Why Use Spanish (and Other Languages) Marketing Materials?
By Jeff Milchen
Published August 20, 2012
Approximately 60% of Latino adults in the U.S.* and more than half in Canada are foreign–born. Of course, most are bilingual (and many speak only English), so communicating in Spanish is not necessary. Then why do it?
First, it’s a sign of respect and caring. We naturally appreciate when others make a special effort to consider our preferences. And for most people, our native language will remain our language of choice and carry the greatest emotional appeal. Simply put, thanking native Spanish-speakers in Spanish for their choice to "go local" makes good business sense and can help differentiate you from many of your competitors.
This is equally true for business-to-business enterprises since immigrants started 28 percent of all new businesses in the U.S. in 2011 (despite comprising only 13% of our population).
If a significant portion of your potential customers are immigrants, it's well worth learning relevant cultural differences as well. Various reports by Synovate, including Using Acculturation to Measure Hispanic Media Behavior (pdf, 2008), are among the useful entry points to start learning about specific considerations in communicating with Latino audiences.** Be aware that cultural differences between Mexican and Cuban Americans, as just one example, may be great.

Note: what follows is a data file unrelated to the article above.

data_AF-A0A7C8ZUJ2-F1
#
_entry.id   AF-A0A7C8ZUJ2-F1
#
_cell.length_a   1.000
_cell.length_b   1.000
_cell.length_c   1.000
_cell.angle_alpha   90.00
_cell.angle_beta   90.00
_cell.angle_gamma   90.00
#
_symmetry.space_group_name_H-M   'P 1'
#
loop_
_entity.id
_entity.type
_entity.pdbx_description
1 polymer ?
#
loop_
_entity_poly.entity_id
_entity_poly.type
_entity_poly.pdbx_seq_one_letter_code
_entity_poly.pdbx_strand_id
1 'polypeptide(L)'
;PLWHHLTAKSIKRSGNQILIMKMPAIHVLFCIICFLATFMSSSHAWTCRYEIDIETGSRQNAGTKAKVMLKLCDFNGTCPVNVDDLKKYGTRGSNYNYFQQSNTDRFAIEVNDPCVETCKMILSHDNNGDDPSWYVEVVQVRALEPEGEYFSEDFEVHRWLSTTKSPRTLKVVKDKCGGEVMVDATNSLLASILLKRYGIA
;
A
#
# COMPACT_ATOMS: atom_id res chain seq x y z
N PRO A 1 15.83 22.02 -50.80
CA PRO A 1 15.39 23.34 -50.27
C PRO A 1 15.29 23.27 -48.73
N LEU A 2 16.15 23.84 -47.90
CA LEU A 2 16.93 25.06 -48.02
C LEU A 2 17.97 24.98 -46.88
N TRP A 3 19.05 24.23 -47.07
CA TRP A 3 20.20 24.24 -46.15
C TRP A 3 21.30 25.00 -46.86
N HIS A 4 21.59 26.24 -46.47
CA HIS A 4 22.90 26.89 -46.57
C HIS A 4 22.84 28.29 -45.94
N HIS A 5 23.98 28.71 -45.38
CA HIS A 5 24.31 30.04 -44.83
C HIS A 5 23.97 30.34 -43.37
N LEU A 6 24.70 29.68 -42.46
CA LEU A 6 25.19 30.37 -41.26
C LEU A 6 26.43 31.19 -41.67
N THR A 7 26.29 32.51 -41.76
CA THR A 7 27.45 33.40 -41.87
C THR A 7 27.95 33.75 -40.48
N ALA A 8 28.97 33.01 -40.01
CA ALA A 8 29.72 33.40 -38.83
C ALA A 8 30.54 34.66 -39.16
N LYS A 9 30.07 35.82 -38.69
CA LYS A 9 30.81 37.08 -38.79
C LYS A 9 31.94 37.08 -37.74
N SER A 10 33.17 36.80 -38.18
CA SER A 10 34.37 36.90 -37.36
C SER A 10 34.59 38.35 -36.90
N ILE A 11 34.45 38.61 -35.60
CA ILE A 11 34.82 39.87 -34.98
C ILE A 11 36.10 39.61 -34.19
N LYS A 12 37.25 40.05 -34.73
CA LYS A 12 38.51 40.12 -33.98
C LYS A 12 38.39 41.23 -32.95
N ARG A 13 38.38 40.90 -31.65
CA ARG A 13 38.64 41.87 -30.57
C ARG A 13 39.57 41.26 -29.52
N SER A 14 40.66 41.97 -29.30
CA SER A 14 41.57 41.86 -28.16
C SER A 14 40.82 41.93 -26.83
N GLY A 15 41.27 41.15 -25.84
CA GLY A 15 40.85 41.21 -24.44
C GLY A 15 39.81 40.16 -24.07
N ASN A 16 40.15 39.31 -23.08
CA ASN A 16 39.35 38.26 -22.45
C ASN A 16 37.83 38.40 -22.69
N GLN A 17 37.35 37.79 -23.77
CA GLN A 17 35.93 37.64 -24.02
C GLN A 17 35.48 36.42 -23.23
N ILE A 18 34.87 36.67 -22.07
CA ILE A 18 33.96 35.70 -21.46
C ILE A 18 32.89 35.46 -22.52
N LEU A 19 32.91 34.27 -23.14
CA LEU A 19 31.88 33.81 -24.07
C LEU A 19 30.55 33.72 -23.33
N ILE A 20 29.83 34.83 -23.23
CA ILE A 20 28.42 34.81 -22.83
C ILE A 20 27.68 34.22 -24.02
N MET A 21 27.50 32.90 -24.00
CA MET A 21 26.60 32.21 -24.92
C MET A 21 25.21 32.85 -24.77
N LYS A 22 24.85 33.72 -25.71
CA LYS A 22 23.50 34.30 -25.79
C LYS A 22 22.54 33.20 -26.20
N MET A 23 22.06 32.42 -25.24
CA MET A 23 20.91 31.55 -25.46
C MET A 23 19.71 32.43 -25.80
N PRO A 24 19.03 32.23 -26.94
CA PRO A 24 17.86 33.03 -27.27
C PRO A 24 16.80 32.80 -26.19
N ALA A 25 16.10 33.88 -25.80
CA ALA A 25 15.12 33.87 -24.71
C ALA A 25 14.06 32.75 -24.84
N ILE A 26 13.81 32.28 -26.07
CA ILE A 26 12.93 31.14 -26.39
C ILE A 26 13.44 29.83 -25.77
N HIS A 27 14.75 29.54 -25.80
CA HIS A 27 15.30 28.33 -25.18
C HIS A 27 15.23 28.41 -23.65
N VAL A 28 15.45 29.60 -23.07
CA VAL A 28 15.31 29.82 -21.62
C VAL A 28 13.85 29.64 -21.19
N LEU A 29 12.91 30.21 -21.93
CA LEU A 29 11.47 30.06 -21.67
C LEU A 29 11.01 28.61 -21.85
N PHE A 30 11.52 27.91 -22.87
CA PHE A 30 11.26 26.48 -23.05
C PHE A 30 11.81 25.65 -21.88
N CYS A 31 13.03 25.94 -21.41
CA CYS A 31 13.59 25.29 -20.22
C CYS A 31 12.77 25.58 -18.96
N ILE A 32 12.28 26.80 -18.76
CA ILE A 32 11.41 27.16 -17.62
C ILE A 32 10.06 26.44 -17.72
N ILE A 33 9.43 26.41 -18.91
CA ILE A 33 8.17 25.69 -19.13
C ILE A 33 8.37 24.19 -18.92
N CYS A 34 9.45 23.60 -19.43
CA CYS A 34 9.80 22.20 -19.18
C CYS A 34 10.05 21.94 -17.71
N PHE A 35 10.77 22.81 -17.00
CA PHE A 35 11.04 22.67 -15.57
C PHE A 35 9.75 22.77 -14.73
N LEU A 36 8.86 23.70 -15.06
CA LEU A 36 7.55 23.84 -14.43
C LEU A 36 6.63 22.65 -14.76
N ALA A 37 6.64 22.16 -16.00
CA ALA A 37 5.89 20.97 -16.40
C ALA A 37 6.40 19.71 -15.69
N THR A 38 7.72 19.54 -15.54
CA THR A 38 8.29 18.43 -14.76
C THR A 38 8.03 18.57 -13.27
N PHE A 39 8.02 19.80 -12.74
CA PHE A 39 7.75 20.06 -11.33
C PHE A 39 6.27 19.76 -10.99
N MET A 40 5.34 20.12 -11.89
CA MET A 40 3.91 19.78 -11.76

In addition to the window decal shown (available here), AMIBA also now offers Spanish translations of our popular bag-stuffers and statement–stuffers (template is here). If you wish to translate AMIBA materials into other languages, we gladly will provide you with templates.
Finally, don't assume that a person of Latino heritage speaks Spanish as a first or second language. Addressing someone in Spanish based solely on their apearance indicates stereotyping, not respect.
** For those in communities with large Latino populations (or speakers of other foreign languages), consider going beyond merely translating to transcreating your materials. This involves evaluating the overall impact and considering whether a different tone, images, or even concept is warranted for your marketing efforts in another language. (While we used the same appearance and sentiment for the Spanish version of the decal shown here, we shifted the language to thank people for choosing local independent businesses in the plural.)
How to Market to People Not Like You is one book that touches on these themes.
© 2012 American Independent Business Alliance